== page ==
National Seminar:

At the end of the project we have organized a national seminar on 27 of October, 2021 in Dhaka. A total number of 60 participants attended the meeting. All the representatives from different camp described the current situation of the camps and citizenship issues.

Discussion on the meeting;

Mrs. Kajol Rekha a Geneva Camp resident said, I born in this country and I own Bangladesh, I am not stranded Pakistani.

Mrs. Ruma Parveen said, according to 2008 high court judgement we are Bangladeshi citizens then why Prime Minister said that we are burden in Bangladesh, we are not burden because we are hard working community and contributing Bangladeshi economy.

Humayoun Kabir, a representative from Khulna, urged the authorities concerned to ensure proper recognition of the disadvantaged community. “We all are Bangladeshis, not stranded Pakistanis,” he said.

Mofidul Hoque, a trustee of the liberation war museum, said the young generation of the community had ownership of the country. “You have the same rights in Bangladesh as other citizens and you should also raise the issue of war criminals.  We are determined that all war criminals be punished in this land. I support your cause and believe you all are Bangladeshi citizens.”

Speaking as the chief guest of the event, Sultana Kamal, a lawyer and human rights activist, said, “I’m happy to be here and I believe you are a part of this country. But if someone claims to be a stranded Pakistani, they too have their rights and as a human rights activist, I will support them to go back to their country,” she said. “If you, however, believe this is your country, then your rights cannot be taken by anyone,” she said.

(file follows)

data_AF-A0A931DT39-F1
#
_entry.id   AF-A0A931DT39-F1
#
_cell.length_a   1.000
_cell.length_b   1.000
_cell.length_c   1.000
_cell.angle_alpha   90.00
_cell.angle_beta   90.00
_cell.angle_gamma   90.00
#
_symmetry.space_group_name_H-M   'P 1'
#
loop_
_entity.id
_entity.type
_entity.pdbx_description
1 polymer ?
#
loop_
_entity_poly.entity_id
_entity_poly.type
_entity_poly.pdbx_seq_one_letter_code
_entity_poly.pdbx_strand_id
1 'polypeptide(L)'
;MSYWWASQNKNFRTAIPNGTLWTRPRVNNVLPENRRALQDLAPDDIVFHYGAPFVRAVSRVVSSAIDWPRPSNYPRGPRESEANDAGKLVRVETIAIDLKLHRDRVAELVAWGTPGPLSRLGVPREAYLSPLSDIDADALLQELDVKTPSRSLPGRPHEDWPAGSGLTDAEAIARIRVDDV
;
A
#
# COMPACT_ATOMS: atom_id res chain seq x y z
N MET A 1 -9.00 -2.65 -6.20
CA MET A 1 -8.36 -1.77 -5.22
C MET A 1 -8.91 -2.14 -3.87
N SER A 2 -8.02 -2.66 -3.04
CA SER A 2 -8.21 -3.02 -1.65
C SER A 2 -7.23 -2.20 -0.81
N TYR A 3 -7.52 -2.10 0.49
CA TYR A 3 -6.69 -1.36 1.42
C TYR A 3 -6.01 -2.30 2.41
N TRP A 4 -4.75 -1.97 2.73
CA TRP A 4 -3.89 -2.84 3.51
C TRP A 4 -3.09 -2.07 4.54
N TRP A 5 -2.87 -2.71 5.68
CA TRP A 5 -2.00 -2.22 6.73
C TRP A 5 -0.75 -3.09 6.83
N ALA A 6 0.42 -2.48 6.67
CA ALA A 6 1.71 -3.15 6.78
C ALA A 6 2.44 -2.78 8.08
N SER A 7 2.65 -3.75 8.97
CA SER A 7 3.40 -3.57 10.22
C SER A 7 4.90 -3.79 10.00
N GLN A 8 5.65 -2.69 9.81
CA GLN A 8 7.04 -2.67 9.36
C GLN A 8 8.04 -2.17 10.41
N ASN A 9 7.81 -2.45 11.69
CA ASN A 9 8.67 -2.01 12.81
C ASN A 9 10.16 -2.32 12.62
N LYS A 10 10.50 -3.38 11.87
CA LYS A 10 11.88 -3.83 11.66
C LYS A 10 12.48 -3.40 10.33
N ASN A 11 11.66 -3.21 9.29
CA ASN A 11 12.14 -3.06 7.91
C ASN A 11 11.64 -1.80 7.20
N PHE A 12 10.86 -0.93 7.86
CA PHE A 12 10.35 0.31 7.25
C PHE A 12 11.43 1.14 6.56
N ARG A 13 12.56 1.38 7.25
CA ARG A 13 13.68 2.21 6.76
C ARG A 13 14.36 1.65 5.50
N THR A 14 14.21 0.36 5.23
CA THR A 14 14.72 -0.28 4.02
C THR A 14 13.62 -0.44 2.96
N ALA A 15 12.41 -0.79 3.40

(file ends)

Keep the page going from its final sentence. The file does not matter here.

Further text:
Project Impact:

During the global pandemic this project was super impactful for the camp based Bihari community in Bangladesh. Before this project camp dwellers were not much aware about the Covid-19 and its protection mechanisms. A large number of camp dwellers were aware under this project. Around 14,838 people life have been touch through this project.

Next Step:

After the successful completion of this project we realize that we need more policy level advocacy and more research on citizenship practice and evaluation of 2008 high court judgment. Biharis are Bangladeshi citizens but without any benefits so that need more awareness on their citizenship issue and for that we think we need to make some documentary film photo exhibition on the life of the camp dwellers. Even during the project we realize that working on gender issue is very important for this community.